Signup to receive email updates
- Home, Yard, & Garden Newsletter article from 7-20-15
- Home, Yard, & Garden Newsletter article from 6-22-15
- White Grubs
- Japanese Beetles and Silk Clipping: New Research on an Old Foe
- Japanese Beetles – lower numbers this summer!
- Japanese beetles survived the winter, now what
- Japanese Beetle Update by Dr. Phil Nixon
- Japanese Beetle Factsheet - Utah State University
- Japanese Beetle Myth Information
- Japanese Beetle Q&A by Minnesota Extension
- University of Illinois Extension Home, Yard, and Garden Pest Newsletter
- Japanese Beetle and Look-alike Pictures
- Request a speaker
- University of Illinois Extension Field Crop IPM information
- ILRiverHort Blog - Ferree's Horticulture Blog
- July 2015 (1)
- June 2015 (1)
- September 2014 (1)
- July 2014 (3)
- June 2014 (2)
- July 2013 (1)
- June 2013 (8)
- May 2013 (1)
- July 2012 (1)
- June 2012 (19)
38 Total Posts
follow our RSS feed
Friday, June 15, 2012
Japanese beetles go through a yearlong lifecycle. Adult Japanese beetles tend to emerge in our area around the mid to latter part of June. Those adult beetles, noted for their metallic green head, metallic brown wing covers, and white abdomen-lining "tufts" of hair, mate and burrow a couple inches deep in the soil. There they lay an egg or two and continue the process every few days for a period lasting over a month.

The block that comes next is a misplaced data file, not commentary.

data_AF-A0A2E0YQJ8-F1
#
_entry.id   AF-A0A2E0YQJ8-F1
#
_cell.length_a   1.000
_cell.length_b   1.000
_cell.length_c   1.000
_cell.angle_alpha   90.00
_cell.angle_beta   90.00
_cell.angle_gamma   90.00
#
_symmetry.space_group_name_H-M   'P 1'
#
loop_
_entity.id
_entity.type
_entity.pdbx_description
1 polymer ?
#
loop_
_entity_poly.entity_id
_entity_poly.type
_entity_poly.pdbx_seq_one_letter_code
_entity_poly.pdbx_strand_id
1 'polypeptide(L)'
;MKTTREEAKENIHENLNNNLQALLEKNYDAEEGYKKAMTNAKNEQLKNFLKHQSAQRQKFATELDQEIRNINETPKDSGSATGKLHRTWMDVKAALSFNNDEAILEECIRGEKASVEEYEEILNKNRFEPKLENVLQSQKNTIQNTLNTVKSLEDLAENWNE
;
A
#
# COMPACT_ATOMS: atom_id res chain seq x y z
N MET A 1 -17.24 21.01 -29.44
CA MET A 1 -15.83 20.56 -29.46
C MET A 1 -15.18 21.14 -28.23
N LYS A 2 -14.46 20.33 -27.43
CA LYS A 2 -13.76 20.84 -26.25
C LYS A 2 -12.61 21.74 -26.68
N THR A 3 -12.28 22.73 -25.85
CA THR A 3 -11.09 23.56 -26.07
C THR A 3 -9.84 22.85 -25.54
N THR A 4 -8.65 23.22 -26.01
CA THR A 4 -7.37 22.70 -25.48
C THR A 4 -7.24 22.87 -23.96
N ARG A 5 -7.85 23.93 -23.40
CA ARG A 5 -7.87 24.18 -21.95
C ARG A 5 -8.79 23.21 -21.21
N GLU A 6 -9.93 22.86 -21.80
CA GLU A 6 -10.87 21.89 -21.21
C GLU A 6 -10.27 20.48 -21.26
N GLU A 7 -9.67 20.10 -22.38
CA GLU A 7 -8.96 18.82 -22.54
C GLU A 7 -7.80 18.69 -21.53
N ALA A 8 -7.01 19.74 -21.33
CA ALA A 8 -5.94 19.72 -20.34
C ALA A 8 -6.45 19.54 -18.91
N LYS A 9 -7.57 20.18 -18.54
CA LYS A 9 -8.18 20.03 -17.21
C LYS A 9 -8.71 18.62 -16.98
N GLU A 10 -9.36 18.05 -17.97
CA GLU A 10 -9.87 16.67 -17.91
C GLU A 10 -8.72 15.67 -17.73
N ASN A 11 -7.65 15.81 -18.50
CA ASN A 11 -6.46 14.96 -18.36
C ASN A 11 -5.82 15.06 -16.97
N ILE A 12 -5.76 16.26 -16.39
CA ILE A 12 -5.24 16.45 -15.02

Adults can feed on several hundred plant species, but are especially attracted to smartweed inundated fields and poison ivy or multi-flora rose inundated waste areas. In the crop, the beetles will devour leaves and portions of the tassel while also clipping silks. The white grubs that emerge from deposited eggs are especially sensitive to dry soil conditions, which can increase mortality. Grubs survive by devouring root tissue and possibly organic matter.
Root feeding continues until temperatures drop, usually around October, bringing their activity to a halt. Feeding resumes the following spring. These white grubs, identified by V-shaped" hair arrangements on the underside of the "tail-end," complete development and feeding toward the end of May or early June when they pupate.